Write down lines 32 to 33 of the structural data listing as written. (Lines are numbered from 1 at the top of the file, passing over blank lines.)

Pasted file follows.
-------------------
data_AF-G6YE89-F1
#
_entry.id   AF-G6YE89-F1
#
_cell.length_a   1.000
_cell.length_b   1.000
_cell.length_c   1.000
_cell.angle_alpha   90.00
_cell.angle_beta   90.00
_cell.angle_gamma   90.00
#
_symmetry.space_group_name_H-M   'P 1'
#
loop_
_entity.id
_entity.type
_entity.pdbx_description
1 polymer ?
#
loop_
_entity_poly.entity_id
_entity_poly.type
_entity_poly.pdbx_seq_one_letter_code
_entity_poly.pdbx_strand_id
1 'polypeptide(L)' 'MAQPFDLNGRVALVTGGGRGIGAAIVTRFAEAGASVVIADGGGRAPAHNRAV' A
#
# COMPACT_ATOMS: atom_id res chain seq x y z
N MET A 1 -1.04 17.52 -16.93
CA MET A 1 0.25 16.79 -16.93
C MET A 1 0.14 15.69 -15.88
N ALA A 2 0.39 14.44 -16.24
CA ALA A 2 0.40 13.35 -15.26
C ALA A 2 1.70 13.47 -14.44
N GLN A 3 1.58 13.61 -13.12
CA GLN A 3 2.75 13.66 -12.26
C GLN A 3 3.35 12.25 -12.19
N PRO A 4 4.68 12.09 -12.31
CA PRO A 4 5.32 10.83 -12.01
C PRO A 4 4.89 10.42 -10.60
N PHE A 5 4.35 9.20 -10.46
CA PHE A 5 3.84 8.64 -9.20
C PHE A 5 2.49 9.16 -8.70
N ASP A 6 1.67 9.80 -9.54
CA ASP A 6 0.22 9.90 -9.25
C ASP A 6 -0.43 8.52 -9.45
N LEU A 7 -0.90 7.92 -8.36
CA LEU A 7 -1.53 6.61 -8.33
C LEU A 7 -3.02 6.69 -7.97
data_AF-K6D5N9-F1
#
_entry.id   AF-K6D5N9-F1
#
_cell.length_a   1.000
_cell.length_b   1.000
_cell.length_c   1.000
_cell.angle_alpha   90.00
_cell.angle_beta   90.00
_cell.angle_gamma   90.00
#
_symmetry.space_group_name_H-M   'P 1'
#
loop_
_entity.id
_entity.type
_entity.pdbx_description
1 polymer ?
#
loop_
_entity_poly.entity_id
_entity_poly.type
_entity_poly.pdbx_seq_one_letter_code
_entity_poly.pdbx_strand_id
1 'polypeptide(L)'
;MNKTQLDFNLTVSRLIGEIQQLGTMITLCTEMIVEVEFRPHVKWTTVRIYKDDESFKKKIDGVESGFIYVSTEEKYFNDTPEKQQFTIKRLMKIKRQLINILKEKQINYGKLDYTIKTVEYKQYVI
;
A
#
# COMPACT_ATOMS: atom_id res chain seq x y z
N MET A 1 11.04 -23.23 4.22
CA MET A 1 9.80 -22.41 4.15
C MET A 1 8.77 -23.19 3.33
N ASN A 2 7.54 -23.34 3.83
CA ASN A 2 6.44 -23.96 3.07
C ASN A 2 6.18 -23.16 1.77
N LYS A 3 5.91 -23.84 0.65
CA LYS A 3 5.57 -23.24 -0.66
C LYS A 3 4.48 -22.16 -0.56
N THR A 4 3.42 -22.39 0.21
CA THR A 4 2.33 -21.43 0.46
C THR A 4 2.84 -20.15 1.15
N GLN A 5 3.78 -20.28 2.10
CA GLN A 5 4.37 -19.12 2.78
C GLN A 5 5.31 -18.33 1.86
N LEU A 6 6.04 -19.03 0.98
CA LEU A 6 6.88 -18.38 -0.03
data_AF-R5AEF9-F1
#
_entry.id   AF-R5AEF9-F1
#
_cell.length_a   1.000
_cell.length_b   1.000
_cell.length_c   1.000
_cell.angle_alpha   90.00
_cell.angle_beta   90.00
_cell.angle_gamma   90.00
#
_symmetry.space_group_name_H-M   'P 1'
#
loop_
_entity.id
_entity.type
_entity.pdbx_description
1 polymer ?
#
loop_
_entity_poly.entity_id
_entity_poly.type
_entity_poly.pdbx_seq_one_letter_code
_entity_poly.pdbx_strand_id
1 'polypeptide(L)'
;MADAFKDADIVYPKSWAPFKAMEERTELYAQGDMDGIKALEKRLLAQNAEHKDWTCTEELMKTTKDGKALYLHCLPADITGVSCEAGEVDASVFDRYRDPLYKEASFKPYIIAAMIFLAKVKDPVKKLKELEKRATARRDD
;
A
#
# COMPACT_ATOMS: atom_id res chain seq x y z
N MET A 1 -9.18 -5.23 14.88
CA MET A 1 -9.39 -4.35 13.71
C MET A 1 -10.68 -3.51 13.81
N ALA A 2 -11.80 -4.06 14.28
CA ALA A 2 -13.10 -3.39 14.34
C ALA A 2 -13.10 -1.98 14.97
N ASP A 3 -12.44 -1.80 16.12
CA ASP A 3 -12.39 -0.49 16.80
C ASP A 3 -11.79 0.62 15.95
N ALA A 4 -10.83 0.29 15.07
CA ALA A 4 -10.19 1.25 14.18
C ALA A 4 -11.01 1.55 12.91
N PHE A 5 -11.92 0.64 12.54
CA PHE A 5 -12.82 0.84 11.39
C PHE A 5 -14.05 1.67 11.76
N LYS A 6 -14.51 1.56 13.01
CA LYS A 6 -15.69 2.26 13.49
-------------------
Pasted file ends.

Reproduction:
CA ALA A 2 0.40 13.35 -15.26
C ALA A 2 1.70 13.47 -14.44